T An Ecclesiology for Interreligious Dialogue * Joseph Ellul OP

* Joseph Ellul OP
Journal of the Faculty of Theology
University of Malta
64/1 (2014) 29–43
An Ecclesiology
for Interreligious Dialogue
he purpose of this essay is to examine the Church’s understanding of its
relation with members of communities who do not profess the Christian
faith. This relation portrays a healthy tension between dialogue on the one
hand and proclamation and living witness on the other. The document Dialogue
and Proclamation, published jointly in 1991 by the Pontifical Council for
Interreligious Dialogue and the Congregation for the Evangelization of Peoples,1
sought to address the question of how interreligious dialogue and proclamation
(that is, announcing the Gospel in order to invite people to accept it and be
incorporated into the Church through baptism) are in mutual accord. This
paper, however, is concerned with the structure and modality of this relationship.
It takes as its basis chapter 2 of the Dogmatic Constitution of the Church Lumen
Gentium (nos. 12-17), which applies the term ‘People of God’ in its description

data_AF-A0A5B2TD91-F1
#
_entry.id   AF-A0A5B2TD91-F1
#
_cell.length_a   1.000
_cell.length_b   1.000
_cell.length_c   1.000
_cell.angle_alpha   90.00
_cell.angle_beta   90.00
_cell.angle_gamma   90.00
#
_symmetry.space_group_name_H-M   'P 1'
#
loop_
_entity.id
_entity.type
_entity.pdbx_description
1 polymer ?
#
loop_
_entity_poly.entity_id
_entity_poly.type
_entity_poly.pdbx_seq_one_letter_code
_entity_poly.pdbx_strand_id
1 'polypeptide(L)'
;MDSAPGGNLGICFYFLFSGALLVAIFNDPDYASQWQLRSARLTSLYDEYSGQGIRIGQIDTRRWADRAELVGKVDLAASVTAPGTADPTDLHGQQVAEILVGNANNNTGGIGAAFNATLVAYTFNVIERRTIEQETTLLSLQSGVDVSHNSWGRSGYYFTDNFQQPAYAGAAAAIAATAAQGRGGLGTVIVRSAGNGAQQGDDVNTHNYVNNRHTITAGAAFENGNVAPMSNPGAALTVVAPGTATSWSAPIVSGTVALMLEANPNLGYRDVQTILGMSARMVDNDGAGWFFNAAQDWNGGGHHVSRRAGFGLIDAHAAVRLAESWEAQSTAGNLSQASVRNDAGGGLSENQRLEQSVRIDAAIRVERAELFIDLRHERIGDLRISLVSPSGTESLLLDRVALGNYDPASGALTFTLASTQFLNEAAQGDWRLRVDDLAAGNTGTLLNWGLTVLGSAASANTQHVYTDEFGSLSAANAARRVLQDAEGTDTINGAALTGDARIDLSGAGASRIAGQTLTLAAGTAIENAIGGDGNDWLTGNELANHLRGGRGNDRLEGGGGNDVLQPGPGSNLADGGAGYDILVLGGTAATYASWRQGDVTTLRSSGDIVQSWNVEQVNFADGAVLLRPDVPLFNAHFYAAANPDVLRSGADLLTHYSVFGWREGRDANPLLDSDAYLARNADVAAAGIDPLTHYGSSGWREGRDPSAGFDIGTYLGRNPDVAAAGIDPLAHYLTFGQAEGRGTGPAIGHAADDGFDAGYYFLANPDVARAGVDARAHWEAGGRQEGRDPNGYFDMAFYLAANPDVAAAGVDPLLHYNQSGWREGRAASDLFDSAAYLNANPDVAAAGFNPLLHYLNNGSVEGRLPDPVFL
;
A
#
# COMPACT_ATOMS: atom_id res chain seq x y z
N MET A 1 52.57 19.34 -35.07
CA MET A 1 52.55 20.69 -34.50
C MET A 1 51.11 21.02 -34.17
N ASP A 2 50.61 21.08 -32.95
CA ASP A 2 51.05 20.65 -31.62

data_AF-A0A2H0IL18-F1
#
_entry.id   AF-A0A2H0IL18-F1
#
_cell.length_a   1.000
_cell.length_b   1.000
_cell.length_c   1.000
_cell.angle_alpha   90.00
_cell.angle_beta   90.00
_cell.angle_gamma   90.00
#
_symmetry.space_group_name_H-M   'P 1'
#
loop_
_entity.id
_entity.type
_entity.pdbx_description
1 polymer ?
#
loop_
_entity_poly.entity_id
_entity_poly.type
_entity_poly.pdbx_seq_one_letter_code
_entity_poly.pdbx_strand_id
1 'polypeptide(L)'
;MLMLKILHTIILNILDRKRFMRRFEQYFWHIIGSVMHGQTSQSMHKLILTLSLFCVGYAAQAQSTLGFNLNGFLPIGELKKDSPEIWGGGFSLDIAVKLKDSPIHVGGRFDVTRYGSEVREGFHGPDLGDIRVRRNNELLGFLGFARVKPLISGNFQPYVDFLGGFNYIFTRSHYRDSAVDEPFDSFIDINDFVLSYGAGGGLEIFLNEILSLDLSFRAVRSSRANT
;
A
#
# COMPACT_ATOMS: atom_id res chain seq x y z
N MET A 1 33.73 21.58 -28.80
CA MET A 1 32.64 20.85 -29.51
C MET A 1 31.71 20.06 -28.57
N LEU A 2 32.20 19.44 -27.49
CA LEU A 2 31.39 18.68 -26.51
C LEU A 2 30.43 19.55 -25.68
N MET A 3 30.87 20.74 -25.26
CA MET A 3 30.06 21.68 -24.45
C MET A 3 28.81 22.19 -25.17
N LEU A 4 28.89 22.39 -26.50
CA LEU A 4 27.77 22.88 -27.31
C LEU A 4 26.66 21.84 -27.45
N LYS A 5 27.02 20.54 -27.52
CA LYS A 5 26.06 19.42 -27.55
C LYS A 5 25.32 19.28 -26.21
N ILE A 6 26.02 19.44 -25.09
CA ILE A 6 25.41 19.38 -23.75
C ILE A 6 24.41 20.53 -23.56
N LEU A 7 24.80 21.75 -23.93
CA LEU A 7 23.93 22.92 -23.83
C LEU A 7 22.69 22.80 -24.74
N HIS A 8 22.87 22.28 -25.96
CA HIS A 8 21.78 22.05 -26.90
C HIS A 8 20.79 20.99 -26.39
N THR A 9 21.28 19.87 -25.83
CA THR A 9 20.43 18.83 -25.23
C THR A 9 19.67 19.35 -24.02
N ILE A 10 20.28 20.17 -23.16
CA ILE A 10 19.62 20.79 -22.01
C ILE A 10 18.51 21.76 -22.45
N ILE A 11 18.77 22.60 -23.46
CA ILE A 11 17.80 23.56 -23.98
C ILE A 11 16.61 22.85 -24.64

of the Church, the analogy adopted by Pope Paul VI in his first encyclical
Ecclesiam Suam, wherein he employed the imagery of “concentric circles” (see
nos. 92-115), and the way this latter example was taken up by Pope Benedict
XVI during the General Audience of 6 December 2006, a short while after his
pastoral visit to Turkey.
* Joseph Ellul OP is a lecturer in Islamic Thought and Ecumenical Theology at the Pontificia
Università San Tommaso d’Aquino, at the Pontificio Istituto di Studi Arabi e d’Islamistica in
Rome, and at the University of Malta. He is also President of the Commission for Interreligious
Dialogue of the Archdiocese of Malta.
It should be noted that this document was issued after the papal encyclical Redemptoris
Missio (RM), but it had been elaborated before the encyclical. Its publication was delayed,
however, in order to allow the encyclical to appear first.